Certainly not in the sense that a lot of people in the GOP mean it and trust me, you have no idea how happy that makes me. Of course, I’m not a liberal either, I’m even more happy of that because I find virtually nothing worthwhile on the liberal left, at least for the reasons they hold their positions. And libertarian? In some ways, but certainly not in the quasi-religious natural rights/natural law way, I find those things utterly ridiculous. Mostly, I’m only “libertarian” insofar as it agrees with my conservative values and where it doesn’t, I’m not.
But every time I say I’m conservative, people assume, wrongly, that I hold all of the views of the far religious right GOP machine. Nothing could be further from the truth. So I went looking for a better term, delving into the various and sundry schools of conservatism and came across fusionism, popularized by Frank Meyer, held by William F. Buckley, Barry Goldwater, Ronald Reagan and others. It isn’t a perfect fit, in fact, I’d feel it necessary to tack “secular” onto it to make it clear that I do not respect any religious or quasi-religious views, period. If your position is held on faith, keep it away from me.
Murray Rothbard, writing in Ramparts, explained where the modern neo-conservative movement was going wrong, “a new, younger generation of rightists, of “conservatives,” . . . who thought that the real problem of the modern world was nothing so ideological as the state vs. individual liberty or government intervention vs. the free market; the real problem, they declared, was the preservation of tradition, order, Christianity and good manners against the modern sins of reason, license, atheism and boorishness.” He added that we had allowed ourselves “to sacrifice the American ideals of peace and freedom and anti-colonialism on the altar of a crusade to kill communists throughout the world; we have surrendered the libertarian birthright into the hands of those who yearn to restore the Golden Age of the Holy Inquisition. It is about time that we wake up and rise up to restore our heritage.”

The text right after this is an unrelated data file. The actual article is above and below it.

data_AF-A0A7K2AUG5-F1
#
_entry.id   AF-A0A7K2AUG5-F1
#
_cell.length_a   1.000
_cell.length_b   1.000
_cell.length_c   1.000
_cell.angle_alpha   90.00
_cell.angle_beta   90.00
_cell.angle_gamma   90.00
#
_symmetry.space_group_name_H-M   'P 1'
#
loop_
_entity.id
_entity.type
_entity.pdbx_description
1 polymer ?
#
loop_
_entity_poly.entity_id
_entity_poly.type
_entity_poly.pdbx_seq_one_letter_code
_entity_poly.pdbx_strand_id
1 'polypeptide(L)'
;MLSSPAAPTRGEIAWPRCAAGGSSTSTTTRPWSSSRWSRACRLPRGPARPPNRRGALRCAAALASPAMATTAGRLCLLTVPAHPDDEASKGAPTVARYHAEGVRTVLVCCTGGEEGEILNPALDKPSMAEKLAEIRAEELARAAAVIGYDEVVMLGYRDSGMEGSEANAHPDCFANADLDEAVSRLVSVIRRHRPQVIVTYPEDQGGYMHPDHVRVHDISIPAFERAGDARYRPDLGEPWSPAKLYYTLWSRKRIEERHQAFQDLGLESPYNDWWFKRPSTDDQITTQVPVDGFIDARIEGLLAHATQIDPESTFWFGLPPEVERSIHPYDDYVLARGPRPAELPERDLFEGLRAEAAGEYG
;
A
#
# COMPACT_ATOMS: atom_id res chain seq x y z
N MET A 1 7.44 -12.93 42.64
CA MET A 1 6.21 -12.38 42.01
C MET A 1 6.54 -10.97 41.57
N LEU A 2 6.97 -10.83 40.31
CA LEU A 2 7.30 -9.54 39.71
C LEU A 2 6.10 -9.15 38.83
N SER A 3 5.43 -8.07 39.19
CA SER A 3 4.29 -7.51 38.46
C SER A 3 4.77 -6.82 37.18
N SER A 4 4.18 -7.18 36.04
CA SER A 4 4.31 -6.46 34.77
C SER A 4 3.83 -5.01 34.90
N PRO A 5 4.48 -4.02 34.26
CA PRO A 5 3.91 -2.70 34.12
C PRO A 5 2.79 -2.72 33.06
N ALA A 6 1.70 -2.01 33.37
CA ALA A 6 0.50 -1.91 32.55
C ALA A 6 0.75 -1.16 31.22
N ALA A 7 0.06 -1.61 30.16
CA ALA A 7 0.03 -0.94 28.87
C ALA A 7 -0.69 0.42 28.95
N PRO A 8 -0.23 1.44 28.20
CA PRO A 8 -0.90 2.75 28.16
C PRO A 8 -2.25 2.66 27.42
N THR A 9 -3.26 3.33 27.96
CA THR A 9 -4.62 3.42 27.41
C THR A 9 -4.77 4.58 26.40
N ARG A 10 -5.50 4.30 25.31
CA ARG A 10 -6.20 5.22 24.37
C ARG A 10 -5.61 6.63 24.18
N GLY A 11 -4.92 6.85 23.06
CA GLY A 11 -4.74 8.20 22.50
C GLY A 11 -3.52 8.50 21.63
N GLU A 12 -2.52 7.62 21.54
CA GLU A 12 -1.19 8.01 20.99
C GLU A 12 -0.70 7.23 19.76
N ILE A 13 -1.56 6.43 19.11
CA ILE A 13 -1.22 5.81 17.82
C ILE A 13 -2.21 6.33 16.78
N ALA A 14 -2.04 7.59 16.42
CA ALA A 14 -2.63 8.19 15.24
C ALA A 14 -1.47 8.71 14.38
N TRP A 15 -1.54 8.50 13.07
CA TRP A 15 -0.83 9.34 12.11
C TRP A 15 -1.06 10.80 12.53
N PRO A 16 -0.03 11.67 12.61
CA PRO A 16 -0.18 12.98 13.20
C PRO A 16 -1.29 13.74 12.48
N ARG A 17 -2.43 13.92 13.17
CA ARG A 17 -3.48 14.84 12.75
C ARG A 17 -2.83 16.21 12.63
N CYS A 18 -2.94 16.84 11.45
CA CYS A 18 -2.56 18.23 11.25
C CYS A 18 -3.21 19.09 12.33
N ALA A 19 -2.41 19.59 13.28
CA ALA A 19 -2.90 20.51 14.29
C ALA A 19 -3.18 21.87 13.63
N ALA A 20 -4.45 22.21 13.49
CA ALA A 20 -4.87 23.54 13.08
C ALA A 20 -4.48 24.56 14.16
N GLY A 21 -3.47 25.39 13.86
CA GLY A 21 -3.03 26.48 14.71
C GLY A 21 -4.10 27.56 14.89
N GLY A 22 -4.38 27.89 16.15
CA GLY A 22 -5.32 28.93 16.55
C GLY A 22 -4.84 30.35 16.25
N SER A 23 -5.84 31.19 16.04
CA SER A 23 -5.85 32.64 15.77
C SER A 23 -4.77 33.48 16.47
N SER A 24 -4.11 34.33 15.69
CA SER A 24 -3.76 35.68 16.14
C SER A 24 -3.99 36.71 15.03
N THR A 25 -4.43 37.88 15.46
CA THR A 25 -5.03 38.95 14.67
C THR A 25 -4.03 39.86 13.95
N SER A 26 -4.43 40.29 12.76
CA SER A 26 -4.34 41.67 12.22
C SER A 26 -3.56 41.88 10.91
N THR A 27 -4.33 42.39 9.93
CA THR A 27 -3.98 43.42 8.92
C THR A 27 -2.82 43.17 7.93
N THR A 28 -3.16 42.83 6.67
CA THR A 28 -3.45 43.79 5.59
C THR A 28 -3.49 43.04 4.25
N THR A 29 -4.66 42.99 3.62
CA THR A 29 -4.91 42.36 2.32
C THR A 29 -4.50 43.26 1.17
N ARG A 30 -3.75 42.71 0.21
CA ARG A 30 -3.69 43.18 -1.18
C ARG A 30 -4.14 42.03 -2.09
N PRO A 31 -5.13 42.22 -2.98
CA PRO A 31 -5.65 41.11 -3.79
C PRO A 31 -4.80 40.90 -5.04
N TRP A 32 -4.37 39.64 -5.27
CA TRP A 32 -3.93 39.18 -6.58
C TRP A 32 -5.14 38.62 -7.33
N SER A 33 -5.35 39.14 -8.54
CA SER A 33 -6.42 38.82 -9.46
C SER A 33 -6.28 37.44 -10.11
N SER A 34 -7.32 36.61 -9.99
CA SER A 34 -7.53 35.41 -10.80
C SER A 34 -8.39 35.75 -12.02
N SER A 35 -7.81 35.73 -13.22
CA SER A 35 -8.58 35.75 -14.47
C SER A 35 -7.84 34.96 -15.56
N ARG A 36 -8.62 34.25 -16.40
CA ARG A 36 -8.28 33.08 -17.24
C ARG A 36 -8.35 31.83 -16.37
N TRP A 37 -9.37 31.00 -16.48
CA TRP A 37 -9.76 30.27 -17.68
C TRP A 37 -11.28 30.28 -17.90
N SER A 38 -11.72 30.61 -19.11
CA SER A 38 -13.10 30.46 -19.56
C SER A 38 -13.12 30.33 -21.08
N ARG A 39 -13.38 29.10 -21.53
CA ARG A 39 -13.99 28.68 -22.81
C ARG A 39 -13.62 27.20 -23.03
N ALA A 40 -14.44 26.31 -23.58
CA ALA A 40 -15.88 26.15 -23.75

That certainly sounds like the modern GOP, doesn’t it? Unfortunately, I think Reagan fell into that with his abject hatred of the commies, adding almost $2 trillion to the national debt as he fought to outspend Russia. Having a higher limit on your credit cards does not prove your political ideology superior, sorry.
And of course, I’ve pointed out before how Barry Goldwater called the modern trend of the Republican Party long before it came to pass. “Mark my word, if and when these preachers get control of the [Republican] party, and they’re sure trying to do so, it’s going to be a terrible damn problem. Frankly, these people frighten me. Politics and governing demand compromise. But these Christians believe they are acting in the name of God, so they can’t and won’t compromise. I know, I’ve tried to deal with them.”
So am I a secular fusionist conservative? Maybe. But if I said that, nobody would have the slightest clue what it means. But I’m going to go grab Frank Meyer’s “In Defense of Freedom” to see how much I agree with it. Maybe I will, maybe I won’t, but I’ll be sure to do a review here once I’m done. I’m sure that my views will differ in significant ways. They seem to do so a lot, don’t they?